What is a server?

In client-server processes that use Transmission Control Protocol/Internet Protocol (TCP/IP) or User Datagram Protocol (UDP), the client initiates communication with a server through one of the many well-known ports. In computer networking, a port is an endpoint of communication in an operating system. While the term is also used for physical devices, in software, it is a logical construct that identifies a specific process or a type of network service. For example, HTTP traffic typically uses TCP port 80.

What makes a server is that it is the one that accepts a connection from a client. Typically, this port is left open or running so that clients can connect at any time. It is good security policy to restrict the number of ports that are open on a server. Each open port is a way to gain access to that server. In recent times, several ransomware variants spread around networks by exploiting a vulnerability in SMBv1. Infected clients searched for any host with TCP port 445 active and then tried to communicate using the SMBv1 protocol.

Why worry about new server ports?

Opening new ports on a server increases that server’s attack surface. Keeping the attack surface as small as possible is a basic security measure. New ports become active if you install new software or if you enable a new service on the server. Enabling something such as RDP (remote desktop protocol) can compromise the entire server and provides a way for data to be transferred off.

For important servers on your network, you should have an inventory of what applications or services are running so that changes can be detected. You can do this by constantly polling the server on every port number or monitor network traffic going to and from the server. The polling method can be problematic, as you will need to constantly bombard the server with connection requests and you may miss something if the application or service was only active for a short time.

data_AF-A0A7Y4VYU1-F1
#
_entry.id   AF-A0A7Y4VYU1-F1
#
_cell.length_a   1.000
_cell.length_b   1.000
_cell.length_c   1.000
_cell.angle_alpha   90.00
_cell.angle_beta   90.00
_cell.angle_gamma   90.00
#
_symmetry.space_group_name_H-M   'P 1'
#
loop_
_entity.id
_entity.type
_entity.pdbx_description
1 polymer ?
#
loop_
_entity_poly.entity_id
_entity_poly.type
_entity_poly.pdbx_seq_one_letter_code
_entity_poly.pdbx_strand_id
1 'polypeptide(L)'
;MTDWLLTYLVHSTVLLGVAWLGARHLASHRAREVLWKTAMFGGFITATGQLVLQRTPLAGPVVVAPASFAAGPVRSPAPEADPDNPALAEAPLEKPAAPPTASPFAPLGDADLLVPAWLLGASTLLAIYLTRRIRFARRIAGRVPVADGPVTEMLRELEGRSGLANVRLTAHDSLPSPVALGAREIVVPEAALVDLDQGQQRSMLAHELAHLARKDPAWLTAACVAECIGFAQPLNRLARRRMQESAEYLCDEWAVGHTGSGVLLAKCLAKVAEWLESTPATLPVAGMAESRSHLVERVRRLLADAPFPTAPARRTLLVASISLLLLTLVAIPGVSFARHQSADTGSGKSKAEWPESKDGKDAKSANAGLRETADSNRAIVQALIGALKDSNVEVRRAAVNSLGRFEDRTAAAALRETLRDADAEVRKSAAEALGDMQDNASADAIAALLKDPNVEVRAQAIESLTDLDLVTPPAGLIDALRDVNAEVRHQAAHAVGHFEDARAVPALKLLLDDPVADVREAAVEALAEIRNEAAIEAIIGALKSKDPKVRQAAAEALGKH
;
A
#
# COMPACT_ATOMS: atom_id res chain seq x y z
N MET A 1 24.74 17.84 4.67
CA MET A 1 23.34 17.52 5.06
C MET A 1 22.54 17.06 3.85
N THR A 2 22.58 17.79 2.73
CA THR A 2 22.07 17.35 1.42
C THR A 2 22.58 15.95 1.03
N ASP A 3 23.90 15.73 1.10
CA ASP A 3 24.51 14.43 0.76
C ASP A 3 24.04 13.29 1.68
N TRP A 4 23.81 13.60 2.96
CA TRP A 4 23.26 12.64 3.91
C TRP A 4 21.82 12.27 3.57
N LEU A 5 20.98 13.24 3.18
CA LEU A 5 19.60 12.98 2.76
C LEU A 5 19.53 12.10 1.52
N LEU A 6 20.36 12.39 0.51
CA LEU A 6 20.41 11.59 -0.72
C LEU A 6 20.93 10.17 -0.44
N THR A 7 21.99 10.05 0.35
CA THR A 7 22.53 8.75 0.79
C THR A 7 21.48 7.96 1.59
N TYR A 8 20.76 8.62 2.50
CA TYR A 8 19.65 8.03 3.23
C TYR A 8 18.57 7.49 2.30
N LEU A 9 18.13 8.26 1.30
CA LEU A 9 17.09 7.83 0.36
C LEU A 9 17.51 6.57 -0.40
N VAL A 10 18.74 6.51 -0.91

If compliance standards such as GDPR are a concern, server monitoring is not just a nice-to-have—it becomes mandatory. You must maintain an inventory of who is connecting to what if you store sensitive or personal data.

Detecting new server ports by monitoring network traffic

If you monitor network traffic going to and from your important servers, you can build up an inventory of what ports are open without the need to interact with the servers. One way to do this is to use a SPAN or mirror port to get a copy of the network traffic going to and from your servers. You would then need a solution that includes network traffic analysis, such as InsightIDR, to process this data and extract the relevant metadata from the network packets.

Once you have your SPAN or mirror port in place and you have a solution deployed that monitors network traffic, you can start to build up an inventory of new server ports. You can then monitor for server ports over time. Fields may include: sensors (processing traffic from multiple network points), server addresses (accepting client requests), ports (what the server is listening to), date and time of detection, and server reply.

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